For many people, spring marks a time to start fresh – out with the old, in with the new. Why not apply the same principle to your measurement practices and data? Throw out those old vanity metrics like advertising value and bring in business-driving results that actually show your content is moving the needle.
Why toss vanity metrics?
Put simply, vanity metrics are basic stats that measure potential reach, shares or likes. Traditionally, communications pros turned to vanity metrics in an effort to prove their content was being seen. The only problem? Vanity metrics don’t actually do a great job at showing exactly who is engaging with your content. Using Google Alerts or mentions to track a story’s potential reach doesn’t mean people read the story, or let you know what type of readers actually were interested in the content.
Grab the duster and dive into data
Don’t start to panic — you still have time to grab your duster and rethink your measurement tactics! While vanity metrics like shares and likes are a great starting point for your content, there are plenty of ways to make sure your data tools can track and measure true return on investment. Below are some more advanced analytics steps you can take to give context to your story’s reach and readership:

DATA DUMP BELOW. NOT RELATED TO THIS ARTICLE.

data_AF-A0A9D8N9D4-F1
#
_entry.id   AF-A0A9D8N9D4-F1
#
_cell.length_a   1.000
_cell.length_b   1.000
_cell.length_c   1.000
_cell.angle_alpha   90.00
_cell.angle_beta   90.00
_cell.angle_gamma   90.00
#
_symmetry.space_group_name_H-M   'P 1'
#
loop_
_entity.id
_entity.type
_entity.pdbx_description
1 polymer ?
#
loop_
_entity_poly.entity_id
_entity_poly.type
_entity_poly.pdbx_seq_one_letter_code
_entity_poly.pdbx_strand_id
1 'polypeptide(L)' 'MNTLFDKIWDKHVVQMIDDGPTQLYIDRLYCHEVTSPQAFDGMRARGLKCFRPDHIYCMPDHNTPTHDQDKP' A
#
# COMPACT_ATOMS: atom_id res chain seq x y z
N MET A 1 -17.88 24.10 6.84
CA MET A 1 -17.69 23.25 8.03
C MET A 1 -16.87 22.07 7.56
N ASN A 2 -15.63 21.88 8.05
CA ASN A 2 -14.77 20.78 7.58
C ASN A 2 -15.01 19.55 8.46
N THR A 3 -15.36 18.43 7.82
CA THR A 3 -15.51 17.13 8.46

Web traffic - Measuring web traffic is a must when it comes to understanding your audience. Google Analytics can show you how long people stay on your page, where they’re coming from (did they click a link to get to you? Did they find you in a Google search?) and bounce rates. When you can see how long people spend on your site, where they’ve come from and how they navigate it, you can better adapt your content to fit their needs and expectations.
Conversions - Another important metric is your conversion rate. The conversion rate is a percentage of visitors who achieve a goal on your site. Goals can include filling out a form or even viewing a page. For content marketers, this data point is especially important because it can help brands prove their content is being seen and read, not just shared.
Sales - Even for communications pros, sales shouldn’t be overlooked. Did your PR efforts about jeans lead to an increase in jeans sales while the campaign was going on? Establishing and analyzing this relationship will help prove to your brands the direct effect of their PR coverage without relying on hazy metrics that only hint at overall impact.
It’s time to start throwing out your old vanity metrics — things like ad value in earned media, likes on social media — and start reporting the business results that matter. Once you’ve decluttered your measurement tools this spring, you’ll be on your way to demonstrating that your PR efforts are actually effective.